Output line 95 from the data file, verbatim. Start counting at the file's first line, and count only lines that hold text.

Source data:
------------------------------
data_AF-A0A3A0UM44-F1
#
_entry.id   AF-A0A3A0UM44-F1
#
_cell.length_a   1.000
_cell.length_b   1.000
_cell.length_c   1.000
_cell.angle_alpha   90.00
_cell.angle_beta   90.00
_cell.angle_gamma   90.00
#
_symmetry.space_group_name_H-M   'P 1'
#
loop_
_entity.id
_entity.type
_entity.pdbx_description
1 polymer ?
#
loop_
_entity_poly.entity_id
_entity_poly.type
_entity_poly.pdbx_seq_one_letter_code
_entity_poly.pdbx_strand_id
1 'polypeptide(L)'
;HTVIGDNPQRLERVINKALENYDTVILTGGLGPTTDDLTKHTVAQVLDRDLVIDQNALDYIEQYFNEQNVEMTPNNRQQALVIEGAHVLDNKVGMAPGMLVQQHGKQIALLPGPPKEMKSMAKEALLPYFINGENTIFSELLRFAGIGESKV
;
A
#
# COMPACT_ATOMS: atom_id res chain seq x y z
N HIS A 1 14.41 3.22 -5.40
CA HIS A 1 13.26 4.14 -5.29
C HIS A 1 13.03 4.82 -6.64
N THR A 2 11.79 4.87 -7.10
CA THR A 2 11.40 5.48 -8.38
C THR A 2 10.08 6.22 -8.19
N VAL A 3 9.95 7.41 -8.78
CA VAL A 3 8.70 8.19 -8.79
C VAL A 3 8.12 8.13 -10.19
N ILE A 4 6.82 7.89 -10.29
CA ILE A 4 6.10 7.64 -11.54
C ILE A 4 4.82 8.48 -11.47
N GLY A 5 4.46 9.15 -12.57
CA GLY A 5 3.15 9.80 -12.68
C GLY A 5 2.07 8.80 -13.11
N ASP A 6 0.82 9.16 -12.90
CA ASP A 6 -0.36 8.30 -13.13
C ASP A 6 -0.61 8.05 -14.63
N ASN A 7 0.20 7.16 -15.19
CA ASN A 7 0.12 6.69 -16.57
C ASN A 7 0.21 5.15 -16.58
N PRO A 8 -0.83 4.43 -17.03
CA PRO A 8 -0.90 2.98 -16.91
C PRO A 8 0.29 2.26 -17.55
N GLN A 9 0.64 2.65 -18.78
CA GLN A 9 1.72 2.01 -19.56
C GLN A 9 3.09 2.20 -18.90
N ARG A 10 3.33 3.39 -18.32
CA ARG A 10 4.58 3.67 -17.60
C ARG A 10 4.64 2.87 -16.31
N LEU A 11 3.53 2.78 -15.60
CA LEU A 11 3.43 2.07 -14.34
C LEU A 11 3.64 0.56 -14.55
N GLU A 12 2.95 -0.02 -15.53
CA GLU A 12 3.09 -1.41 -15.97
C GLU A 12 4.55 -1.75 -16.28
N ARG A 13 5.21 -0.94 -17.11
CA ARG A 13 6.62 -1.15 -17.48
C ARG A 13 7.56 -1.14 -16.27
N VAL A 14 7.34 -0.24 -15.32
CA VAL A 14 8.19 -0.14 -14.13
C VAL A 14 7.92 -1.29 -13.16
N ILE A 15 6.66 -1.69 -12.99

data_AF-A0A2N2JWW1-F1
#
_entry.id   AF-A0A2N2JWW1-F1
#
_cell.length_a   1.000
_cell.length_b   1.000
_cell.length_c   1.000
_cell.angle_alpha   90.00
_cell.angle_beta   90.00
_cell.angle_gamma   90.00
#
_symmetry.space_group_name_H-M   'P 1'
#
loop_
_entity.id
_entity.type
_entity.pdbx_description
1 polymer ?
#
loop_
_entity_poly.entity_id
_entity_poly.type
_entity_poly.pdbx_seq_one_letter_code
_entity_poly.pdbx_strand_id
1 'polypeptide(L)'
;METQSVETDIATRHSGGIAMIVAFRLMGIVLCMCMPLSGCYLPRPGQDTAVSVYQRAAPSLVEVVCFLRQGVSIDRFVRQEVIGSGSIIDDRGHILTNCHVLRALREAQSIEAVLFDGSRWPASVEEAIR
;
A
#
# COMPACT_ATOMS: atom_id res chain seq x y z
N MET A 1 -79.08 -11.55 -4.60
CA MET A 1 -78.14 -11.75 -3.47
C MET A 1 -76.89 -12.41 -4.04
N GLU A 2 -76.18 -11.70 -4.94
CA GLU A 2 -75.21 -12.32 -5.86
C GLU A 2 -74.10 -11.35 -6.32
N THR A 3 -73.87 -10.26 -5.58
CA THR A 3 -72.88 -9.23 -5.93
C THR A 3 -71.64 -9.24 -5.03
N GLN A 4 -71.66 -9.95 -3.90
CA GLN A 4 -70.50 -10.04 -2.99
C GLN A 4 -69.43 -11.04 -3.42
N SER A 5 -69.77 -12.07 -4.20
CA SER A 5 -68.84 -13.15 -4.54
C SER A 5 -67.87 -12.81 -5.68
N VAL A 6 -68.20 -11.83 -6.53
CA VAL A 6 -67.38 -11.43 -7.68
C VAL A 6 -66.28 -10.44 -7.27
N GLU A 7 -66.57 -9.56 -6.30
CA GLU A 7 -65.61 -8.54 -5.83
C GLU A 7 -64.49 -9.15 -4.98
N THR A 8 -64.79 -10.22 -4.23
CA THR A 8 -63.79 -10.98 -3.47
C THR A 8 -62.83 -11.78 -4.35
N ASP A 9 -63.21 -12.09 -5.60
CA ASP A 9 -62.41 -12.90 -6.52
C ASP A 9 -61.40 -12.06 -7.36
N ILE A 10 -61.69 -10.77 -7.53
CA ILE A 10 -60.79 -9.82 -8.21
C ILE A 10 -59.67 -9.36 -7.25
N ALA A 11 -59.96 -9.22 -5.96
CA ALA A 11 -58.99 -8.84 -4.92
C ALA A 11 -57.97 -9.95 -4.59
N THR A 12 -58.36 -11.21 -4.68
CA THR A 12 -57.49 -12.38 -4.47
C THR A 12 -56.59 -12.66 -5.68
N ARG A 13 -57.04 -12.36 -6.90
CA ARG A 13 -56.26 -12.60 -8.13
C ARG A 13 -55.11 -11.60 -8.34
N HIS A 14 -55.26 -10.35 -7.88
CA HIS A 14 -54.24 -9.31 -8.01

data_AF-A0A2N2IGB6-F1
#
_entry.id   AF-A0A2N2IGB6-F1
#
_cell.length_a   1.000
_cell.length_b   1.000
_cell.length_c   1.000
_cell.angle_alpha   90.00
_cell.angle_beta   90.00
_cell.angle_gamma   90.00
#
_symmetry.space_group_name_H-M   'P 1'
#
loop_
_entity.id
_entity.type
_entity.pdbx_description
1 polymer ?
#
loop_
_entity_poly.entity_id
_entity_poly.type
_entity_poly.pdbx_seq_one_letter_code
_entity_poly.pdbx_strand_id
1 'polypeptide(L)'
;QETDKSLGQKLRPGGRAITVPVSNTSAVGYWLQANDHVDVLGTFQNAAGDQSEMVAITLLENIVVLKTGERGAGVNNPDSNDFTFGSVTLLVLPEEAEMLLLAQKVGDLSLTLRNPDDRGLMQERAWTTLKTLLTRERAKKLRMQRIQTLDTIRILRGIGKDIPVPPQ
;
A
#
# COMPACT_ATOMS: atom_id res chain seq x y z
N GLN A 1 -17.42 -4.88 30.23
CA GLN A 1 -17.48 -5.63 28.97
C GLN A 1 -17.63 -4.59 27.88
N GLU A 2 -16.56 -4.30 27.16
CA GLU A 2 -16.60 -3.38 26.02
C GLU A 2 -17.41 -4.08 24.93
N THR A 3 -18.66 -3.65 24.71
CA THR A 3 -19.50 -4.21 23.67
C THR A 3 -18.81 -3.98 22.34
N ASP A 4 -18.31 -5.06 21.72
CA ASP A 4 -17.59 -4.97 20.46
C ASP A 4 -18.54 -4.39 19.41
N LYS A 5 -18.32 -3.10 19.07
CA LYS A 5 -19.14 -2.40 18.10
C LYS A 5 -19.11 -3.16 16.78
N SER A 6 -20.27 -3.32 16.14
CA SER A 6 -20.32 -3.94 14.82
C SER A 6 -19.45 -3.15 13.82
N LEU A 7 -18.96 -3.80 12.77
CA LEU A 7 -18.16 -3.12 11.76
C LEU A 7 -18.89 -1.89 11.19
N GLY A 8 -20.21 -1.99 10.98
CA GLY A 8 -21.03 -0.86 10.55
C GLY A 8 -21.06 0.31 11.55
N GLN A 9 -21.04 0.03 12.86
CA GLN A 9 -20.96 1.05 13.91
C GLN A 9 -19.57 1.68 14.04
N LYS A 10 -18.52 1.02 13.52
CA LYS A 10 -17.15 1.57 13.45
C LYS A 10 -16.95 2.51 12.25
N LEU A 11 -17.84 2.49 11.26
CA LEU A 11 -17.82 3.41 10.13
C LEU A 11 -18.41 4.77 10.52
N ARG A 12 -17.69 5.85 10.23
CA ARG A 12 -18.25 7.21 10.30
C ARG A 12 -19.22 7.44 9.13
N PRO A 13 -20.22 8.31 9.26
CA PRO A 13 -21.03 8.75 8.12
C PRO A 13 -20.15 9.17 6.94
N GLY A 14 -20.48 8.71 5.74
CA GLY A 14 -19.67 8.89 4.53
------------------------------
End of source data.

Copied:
_entity_poly.type